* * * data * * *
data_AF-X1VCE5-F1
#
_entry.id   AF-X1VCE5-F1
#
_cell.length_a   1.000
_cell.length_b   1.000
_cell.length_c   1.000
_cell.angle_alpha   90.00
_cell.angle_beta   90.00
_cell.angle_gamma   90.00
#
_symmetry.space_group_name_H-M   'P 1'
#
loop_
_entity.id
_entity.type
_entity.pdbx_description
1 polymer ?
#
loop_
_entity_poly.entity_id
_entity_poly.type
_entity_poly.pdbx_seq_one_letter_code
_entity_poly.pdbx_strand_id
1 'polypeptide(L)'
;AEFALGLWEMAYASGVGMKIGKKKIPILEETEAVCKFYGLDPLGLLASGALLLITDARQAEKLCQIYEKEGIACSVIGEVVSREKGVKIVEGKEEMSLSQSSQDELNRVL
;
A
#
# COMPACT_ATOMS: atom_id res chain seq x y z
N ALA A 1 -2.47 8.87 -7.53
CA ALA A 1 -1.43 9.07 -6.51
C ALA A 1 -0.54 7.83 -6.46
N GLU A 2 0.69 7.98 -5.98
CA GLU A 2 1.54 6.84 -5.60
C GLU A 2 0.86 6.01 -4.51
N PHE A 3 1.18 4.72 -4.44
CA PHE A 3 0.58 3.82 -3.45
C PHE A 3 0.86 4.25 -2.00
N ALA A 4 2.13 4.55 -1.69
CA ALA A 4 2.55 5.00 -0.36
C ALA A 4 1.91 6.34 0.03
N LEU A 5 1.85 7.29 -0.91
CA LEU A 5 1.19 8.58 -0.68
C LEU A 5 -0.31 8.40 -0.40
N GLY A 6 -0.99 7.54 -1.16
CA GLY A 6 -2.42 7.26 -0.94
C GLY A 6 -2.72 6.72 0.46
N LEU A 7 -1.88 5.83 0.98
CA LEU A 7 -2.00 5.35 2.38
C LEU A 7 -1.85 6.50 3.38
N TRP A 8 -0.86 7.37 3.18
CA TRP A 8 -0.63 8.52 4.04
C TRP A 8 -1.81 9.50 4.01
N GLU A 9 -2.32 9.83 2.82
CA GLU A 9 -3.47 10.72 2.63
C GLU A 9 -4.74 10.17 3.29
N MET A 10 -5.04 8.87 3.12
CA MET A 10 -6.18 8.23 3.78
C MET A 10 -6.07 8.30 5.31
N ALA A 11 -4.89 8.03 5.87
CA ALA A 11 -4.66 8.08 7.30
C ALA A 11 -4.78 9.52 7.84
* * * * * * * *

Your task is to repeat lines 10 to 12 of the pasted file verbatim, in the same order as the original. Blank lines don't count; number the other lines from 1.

_cell.angle_gamma   90.00
#
_symmetry.space_group_name_H-M   'P 1'